Leanne’s daughter, Jamielee, is entering into a part time Home School Program within the walls of the public school she currently attends. In the morning Jamielee will participate in a specialized program with a group of 7 kids with similar challenges both socially and academically. They will work on math, reading and writing at a pace set by each student. In the afternoon she will go back to her regular classroom. “Jamielee actually missed 101 days of school last year. She is going into grade 5 but is working at a grade 3 level. She is looking forward to this new class structure and we hope it will lessen her overall anxiety when it comes to school.”  Leanne admits that getting the IEP in place for Jamielee was a struggle as the school seemed hesitant to help.  They enlisted the help of a principal friend to help them advocate.  Even once the IEP was in place, they found it wasn’t enough so the school suggested the Home School Program as well.  To find out if your local school has a Home School Program refer to your own Board of Education website or speak to the principal.

 

Tara’s son was diagnosed with retinoblastoma and wears a prosthetic eye. “The biggest boost for Blake’s self-esteem was to meet kids who were also survivors. There are no kids like him at school so having a connection with kids who have gone through the same thing helped him feel better about himself when he was down.”

 

“We’ve worked with the school to brainstorm various activities specific for Hunter like quiet, still recess breaks,” states Sitara, mom of Hunter, who is now cancer free but suffers from various side effects such as chronic pain and fatigue. “We’ve also tried to build one or two very strong friendships at school….kids who will advocate for Hunter and are more aware of how he is feeling and his abilities. One friend will always let Hunter be goalie when they play soccer because he knows he can’t run around.”

 

Karen had always considered home schooling but when her son, Tobin was diagnosed with cancer when he was 2 ½ years old, home schooling became the right thing to do for their family. “When Tobin’s tumour returned in the summer after Kindergarten and he was on chemo, I simply carried on with home schooling for Grade 1. Tobin didn’t miss any school work and we were able to enjoy significantly more free time as a family. Tobin’s tumour recurred yet again at the end of grade 4 and even though he was going through re-radiation treatment in Grade 5 and endured many months of somnolence, he finished his schoolwork for the year by the end of May.” Karen admits that it wasn’t easy and required a lot of her dedication. “I found a source for home schooling textbooks and designed our own unique program.” Tobin started public school in grade 7 and Karen is happy to say that he remains cancer free and is now entering grade 12 as an honours student. “Home schooling worked very well for our family and is a viable option for families whose child is going through treatment.” Read the Ontario Government’s policies related to home schooling http://www.edu.gov.on.ca/extra/eng/ppm/131.html or investigate home schooling through the education ministry of your local government. Your local school may also have information available in regards to home schooling.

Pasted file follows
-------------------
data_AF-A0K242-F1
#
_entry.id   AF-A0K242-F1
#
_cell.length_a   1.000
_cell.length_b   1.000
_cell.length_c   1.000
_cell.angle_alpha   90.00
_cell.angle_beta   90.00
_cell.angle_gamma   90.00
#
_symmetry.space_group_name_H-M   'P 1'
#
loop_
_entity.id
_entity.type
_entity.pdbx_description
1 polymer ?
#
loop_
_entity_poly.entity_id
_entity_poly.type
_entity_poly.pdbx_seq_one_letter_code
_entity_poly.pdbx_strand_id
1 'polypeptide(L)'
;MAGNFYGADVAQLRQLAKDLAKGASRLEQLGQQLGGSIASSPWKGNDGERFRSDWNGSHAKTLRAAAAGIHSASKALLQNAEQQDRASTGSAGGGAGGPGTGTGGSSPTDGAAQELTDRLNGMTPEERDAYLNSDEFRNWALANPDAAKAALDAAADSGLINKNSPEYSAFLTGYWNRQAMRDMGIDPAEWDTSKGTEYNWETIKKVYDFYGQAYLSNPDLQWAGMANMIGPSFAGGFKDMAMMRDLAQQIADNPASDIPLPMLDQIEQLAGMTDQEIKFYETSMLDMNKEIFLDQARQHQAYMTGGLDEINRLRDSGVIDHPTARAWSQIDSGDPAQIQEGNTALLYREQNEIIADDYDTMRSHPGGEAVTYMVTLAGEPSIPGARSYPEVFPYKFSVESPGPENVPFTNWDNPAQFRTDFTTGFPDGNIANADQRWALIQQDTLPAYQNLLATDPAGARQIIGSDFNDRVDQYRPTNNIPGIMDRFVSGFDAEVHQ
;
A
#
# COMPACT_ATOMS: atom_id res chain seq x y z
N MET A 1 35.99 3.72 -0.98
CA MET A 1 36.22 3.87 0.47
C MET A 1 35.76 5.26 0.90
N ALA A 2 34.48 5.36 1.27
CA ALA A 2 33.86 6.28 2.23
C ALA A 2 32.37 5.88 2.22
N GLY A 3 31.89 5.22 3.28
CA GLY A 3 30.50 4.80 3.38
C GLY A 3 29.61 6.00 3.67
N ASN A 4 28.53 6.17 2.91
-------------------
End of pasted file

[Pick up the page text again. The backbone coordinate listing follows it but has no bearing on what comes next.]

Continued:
No matter the particulars, all moms agreed that working with your child’s school is key to ensuring that their special educational and social needs are met. Many talked about how difficult it can be to educate the school principal on the specific needs of children who are going through treatment or have side effects from previous treatment. Your child’s healthcare team can help in providing educational resources and often can advocate to help you wade through the policies and procedures.

 

One thing is clear:  parents are their child’s voice and often need to champion their needs in order to get optimum results.

Every child has a legal right to an education, no matter their ability or need.

 


 

 

SueMcKechnieSue McKechnie learned her young son, Shawn had a brain tumour in May of 2006. When he passed away 18 months later after the rollercoaster of diagnosis, treatment, hope and terminal illness, she realized that even though he was gone from this world, he continued to send her courage from another. The message was clear – get out there and help other families sharing this journey. Since then Sue has written the book “A Sippy Cup of Chemo; A Family’s Journey Through Childhood Cancer” hoping to spread the message to other bereaved families that they are not alone. “It’s wonderful to talk to other parents who truly understand – the grief, the guilt and all the myriad of emotions you face. We didn’t choose to be part of this group, nor would we wish it upon anyone else but here we are and we need to support each other.” All the proceeds from her book are donated to Megan’s Walk (http://www.meaganswalk.com/); benefitting brain tumour research at SickKids Hospital, a charitable organization whose committee Sue is a member of. Sue continues to advocate for funding and awareness of childhood cancer through blogging, speaking engagements and her work through Meagan’s Walk.